The Way Home by George Pelecanos

I meant to include this post a couple weeks back when I had decided to spend a bit more time writing about books for a week, rather than the TV/movies that tend to dominate this blog. I wound up busier than expected that week, and never got around to it. My essential point about Pelecanos as an author is that while he doesn’t write “LEGAL THRILLERS” he does write books that are more legally relevant than most legal thrillers. This is because Pelecanos tackles many of the underlying issues of the criminal justice system.

I was reminded of this when I had a client sentenced yesterday, and things did not go quite as I had desired. In the simplest terms, the sentencing was based on surface harshness rather than underlying realities. And, whenever I read something by Pelecanos, these underlying realities are ones that he writes about better than anyone I’ve been exposed to.

Admittedly, my exposure to writers is constantly evolving and my love for page-turners where I don’t need to think also eats up a lot potential discovery of new writers. But, anyway, The Way Home is a book that if you simply read the summary of without knowing Pelecanos, you’re probably not going to be inclined to leave with the book.

Summary!: dude finds 50k in the floor while remodeling a home. He doesn’t want to take the cash, but, alas, he’s not alone. He has a partner in the home to convince not to take the cash. People come to claim their cash from the home (what timing!), dudes die and things go south as Chris Flynn has to find THE WAY HOME.


So, yeah, if you’re not a reader of Pelecanos, I really don’t see how that summary is going to lead to buying this book. Which, is not me ripping Pelecanos. It’s just to say that if you don’t go into this experience comfortable that you’re going to get damn good characters built around this cliched plot, you might not go into it at all.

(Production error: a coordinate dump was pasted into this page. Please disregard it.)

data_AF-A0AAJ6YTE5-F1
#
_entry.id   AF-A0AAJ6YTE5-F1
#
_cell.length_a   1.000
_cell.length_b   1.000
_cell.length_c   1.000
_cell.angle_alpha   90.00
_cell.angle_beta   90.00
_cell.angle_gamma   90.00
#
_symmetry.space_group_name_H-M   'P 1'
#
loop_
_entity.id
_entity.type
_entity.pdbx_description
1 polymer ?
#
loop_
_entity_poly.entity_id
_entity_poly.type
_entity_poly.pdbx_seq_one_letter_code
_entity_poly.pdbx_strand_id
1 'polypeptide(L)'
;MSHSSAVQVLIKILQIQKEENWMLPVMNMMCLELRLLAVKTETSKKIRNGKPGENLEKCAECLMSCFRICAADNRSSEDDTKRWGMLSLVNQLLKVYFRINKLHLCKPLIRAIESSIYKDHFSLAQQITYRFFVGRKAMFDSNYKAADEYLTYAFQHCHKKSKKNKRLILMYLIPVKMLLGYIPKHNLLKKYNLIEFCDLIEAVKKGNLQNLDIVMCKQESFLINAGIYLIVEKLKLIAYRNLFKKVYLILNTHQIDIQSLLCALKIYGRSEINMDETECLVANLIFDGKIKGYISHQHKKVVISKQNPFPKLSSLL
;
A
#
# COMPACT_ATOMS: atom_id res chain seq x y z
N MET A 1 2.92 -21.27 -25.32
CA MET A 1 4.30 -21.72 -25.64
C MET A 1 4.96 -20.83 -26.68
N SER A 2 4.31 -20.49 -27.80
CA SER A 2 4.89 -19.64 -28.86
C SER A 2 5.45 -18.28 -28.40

Pelecanos takes these characters from their time in juvenile incarceration, to their early 20s where they begin to either put that past behind them, or continue to fall to the same mistakes. What he creates is an environment where you begin to understand his characters better than most novels present. In doing this, you ask yourself questions about that environment, without Pelecanos providing a direct prompt. He delves deeper into the roots of criminality than most writers and he does it in a package that will undoubtedly leave you in thought.

Pelecanos is an important writer to me. Like I said in the open, without writing direct legal thrillers and using crime as a backdrop, he does a better job of bringing the reader to think about the criminal justice system and the role it plays in society. Are the desired effects of that justice system playing out? Why or why not? How do those choices affect the communities in which they are designed to protect?

Pelecanos creates characters that allow you to examine these issues.


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